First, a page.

Once upon a time there was a time when there was no one but God.

One day a man came home to his house and said to his wife: "Cook me a little ash, my dear, and let some one bring it down to the shop for me." When the wife had finished cooking the ash, she poured it into a bowl, and said to herself: "Oh dear, oh dear, if only I had a little son now! He could have carried the bowl of ash to his father."

All of a sudden, while she was still speaking, a pea hopped out of the broth and said: "I am your son. Fill the bowl and I'll carry it to the shop for my father." So she filled the bowl, and he put it on his head and carried it off to the door of his father's shop. The man said: "Who are you?" Master Pea answered: "I am your son, and my name is Nukhudu." Then his father said: "Well, if you are my son, why don't you go and get my farthing for me from the King?" And Master Pea said: "Right you are."

Then he ran and he ran and started out and began to travel. He came first to the edge of a stream and found a woman washing clothes. "Come along," cried he, "and wash this cap for me that I have on my head." "I've no more soap," said she. "Then I'll drink up all your water," said he. As he spoke he put one foot on one bank of the stream and one foot on the other, and stooped and drank up all the water in the stream. Then he started out again and began to travel.

When he had gone a little way, a leopard suddenly sprang out in front of him and called: "Master Pea, where are you off to?" - "I'm going to get my father's farthing from the King." "Then," said the leopard, "I'll come with you too." "No," said Nukhudu, "you'll only get tired." "Not a fear," said the leopard, "I'll come." - "All right, come and let's go ahead." They had hardly gone more than two or three steps when the leopard said: "I'm tired, Master Pea," and Nukhudu said: "Take out your teeth and hop inside," and with that he opened his mouth very wide and in jumped the leopard.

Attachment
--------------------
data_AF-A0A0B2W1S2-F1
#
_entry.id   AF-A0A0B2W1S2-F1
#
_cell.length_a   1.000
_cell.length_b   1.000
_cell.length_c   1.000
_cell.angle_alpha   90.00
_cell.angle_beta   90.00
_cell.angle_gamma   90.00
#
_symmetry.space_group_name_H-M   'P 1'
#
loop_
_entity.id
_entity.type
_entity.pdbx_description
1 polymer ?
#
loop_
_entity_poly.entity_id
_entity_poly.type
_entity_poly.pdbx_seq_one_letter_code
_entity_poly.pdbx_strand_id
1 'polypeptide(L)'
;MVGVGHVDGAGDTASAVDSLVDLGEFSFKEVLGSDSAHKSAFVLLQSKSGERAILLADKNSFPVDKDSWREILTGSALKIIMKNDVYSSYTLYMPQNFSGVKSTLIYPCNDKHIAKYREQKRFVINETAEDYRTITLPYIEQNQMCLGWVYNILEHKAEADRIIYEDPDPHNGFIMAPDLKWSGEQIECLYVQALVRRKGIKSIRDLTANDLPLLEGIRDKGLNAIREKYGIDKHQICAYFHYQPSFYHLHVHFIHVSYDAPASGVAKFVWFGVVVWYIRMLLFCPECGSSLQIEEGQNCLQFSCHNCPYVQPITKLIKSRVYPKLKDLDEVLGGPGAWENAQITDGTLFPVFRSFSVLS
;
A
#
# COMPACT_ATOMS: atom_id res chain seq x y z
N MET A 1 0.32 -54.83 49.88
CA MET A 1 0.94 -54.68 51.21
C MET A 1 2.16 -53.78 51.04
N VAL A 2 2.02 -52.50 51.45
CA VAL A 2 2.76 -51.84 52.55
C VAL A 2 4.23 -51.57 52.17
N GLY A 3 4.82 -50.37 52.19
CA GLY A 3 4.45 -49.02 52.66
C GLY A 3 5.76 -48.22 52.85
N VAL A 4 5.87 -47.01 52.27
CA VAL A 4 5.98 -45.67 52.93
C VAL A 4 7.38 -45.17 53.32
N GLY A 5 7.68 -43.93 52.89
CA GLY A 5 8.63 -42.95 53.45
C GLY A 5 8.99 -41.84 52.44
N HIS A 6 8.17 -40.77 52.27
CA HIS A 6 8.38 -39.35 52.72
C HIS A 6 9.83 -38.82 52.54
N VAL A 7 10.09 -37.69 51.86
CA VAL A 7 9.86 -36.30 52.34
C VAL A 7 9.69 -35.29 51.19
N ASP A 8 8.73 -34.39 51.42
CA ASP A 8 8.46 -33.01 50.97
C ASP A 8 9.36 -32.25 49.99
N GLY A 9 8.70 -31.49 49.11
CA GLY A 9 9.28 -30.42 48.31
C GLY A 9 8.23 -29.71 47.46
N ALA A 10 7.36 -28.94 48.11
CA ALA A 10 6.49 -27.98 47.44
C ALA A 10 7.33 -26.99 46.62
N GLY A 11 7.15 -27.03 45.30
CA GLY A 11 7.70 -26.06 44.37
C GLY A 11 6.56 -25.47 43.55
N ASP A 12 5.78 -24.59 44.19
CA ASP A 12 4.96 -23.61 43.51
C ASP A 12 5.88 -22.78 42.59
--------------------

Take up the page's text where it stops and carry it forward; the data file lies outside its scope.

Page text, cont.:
When he had gone on another few yards, a wolf popped out in front of him and cried: "Where are you off to, Master Pea?" and he said: "I'm going to fetch my father's farthing from the King." "Then," said the wolf, "I'll come with you too." - "No, you'll only get tired." "Not a fear," said the wolf, "I'll come." - "All right, come and let's get on." But they had hardly gone more than two or three steps when the wolf said: "I'm tired, Master Pea." "Take out your teeth and hop inside," said Nukhudu, and with that he opened his mouth very wide and in jumped the wolf.

When he had gone on another few yards, there appeared a jackal in front of him and cried: "Where are you off to, Master Pea?" And he said: "I'm going to get my father's farthing from the King." "Then," said the jackal, "I'll come too." - "No, you'll only get tired." "Not a fear," said the jackal, "I'll come." - "All right, come and let's get on." But hardly had they gone more than two or three steps when the jackal said: "I'm tired, Master Pea." "Take out your teeth and hop inside," said Nu-khudu, and with that he opened his mouth very wide and in jumped the jackal.

"Who are you?"

Who are you?

Then he went on till he came to the King's court, and he called out: "I've come and I want my father's farthing from you." "Oh ho," said the King, "what tomfoolery are you up to, you son of a burnt father! What way is this to address a king?" and he turned to his courtiers and retainers and said: "Here, take him away and throw him tonight to my fighting-cocks that they may pick him to bits."